B vitamins are
especially effective on hair, skin and nail problems. Vitamin B also
provides assistance for many other body functions.
Thiamine is Vitamin B1 - an energy vitamin. It helps improve mental attitudes, while also helping to prevent premature aging, and helping our bodies
metabolize proteins and carbohydrates. Vitamin B1 is also essential for helping to improve the body's digestion process, and normalize the appetite too.
When someone is deficient in this vitamin, they can experience mental confusion and memory loss, become emotional and irritable, have numb hands and feet, have shortness of breath, and have excessive fatique among other things.
Vitamin B1 is obtained naturally through many foods such as wheat bran and germ, brewers years, whole grains, nuts, eggs, beef, pork, lamb, turkey, fish, beets, and leafy green vegetables. It's also gotten into the body through herbal sources such as alfalfa, Capsicum (Cayenne), Chickweed, Dandelion, Fenugreek, Garlic, Ginger, Kelp, Licorice, and Red Clover.
Vitamin B2 is Riboflavin, and it is said to be the most common vitamin deficiency in Americans today. Vitamin B2 is called the youth vitamin though, because it helps you have healthier skin, hair and nails. It also helps your body cope with stress, helps with both growth and reproduction, helps your body absorb and use iron, and helps your body metabolize fats, protein, and carbohydrates. This vitamin also has properties which help prevent cancer from growing.
There are many symptoms which can be indicative of Vitamin B2 deficiency, and these include fatique or sluggishness, cracks around the mouth, scales on the nose, face or earlobes, broken blood vessel lines on the cheeks and nose, loss of hair and baldness, dizziness, trembling, depression, and sensitivity to light.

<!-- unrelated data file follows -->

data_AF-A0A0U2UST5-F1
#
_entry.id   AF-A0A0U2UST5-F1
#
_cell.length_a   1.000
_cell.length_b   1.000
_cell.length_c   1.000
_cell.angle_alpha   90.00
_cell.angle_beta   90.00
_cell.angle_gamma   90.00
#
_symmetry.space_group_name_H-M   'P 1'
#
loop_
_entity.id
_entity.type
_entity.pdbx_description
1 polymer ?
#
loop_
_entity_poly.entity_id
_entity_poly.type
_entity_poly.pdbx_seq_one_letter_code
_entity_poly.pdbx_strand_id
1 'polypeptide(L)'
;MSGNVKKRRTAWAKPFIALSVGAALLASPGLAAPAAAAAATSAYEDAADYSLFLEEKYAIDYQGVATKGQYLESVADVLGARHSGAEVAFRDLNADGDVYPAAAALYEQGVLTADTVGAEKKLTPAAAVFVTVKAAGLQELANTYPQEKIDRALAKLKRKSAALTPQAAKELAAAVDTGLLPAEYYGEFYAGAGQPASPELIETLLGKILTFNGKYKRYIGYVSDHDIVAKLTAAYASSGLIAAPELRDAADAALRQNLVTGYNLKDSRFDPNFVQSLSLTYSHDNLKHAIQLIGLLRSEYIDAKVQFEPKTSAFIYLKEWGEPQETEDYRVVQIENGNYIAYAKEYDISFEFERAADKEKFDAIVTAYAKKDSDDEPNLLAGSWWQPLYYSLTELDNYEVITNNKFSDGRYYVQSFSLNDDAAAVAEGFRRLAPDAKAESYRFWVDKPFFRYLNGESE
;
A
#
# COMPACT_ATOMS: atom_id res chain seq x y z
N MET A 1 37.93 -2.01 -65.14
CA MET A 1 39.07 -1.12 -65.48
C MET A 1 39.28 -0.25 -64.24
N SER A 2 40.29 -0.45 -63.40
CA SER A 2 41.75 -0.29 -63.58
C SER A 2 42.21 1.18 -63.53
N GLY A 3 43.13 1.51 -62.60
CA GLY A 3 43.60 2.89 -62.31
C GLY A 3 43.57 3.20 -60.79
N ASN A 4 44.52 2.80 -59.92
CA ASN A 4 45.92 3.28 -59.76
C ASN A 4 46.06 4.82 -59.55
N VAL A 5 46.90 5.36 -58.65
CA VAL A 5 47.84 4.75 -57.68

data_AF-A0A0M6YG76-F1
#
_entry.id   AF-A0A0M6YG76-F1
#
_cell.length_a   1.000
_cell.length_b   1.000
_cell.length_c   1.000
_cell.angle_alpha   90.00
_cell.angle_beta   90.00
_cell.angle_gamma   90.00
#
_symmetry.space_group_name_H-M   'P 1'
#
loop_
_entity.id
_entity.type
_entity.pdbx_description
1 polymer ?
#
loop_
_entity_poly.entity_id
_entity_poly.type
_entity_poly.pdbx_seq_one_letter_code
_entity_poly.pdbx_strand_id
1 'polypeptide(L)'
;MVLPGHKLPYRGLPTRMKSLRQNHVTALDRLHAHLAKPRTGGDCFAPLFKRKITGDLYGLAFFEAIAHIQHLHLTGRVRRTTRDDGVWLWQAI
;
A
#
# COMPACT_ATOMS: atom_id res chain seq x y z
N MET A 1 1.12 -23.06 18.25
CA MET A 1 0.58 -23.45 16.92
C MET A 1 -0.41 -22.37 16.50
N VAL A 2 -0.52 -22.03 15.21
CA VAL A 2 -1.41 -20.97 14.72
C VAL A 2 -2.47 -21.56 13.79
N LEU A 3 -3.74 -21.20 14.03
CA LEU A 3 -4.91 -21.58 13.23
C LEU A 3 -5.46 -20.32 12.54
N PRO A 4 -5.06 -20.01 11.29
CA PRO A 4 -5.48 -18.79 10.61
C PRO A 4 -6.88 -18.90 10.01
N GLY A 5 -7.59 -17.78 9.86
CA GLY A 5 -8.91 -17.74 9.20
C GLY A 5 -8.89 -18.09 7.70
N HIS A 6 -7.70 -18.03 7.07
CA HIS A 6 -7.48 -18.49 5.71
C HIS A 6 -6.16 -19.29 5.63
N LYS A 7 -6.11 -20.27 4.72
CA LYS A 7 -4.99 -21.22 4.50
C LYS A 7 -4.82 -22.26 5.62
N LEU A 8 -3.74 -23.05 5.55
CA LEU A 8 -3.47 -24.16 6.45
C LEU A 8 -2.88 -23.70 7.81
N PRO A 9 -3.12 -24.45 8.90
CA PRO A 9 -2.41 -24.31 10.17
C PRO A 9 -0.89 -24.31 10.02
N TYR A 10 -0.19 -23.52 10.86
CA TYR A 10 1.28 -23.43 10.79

Milk, whole grains, egg yolks, yogurt, organ meats such as kidneys, liver and heart, cheese, nuts, and leafy vegetables are just a few of the natural food sources which give you Vitamin B2 though. Herbal sources include the same as those noted for Vitamin B1 above.
In fact, most of the essential B vitamins can often be gotten from one of several herbal sources. Alfalfa is an excellent source of many B vitamins as well as other essential nutrients your body needs. Garlic often provides much of these vitamins too, but possible the best source of the most B vitamins at once is Kelp. This herb is packed with a large number of the B vitamins in addition to iron, potassium, and more. This powerhouse of B vitamins is why Kelp is often used for hair, skin and nail problems or health maintenance.
Other important B vitamins include B3 (Niacin), B5 (Pantothenic Acid), B6 (Pyridoxine), B9 (Folic Acid), B12 (Cobalamin), B15 (Pangamic Acid), and B17
Note: Some statements in this article may not be approved by the FDA. This article is for informational purposes only and should not be taken as professional medical advice.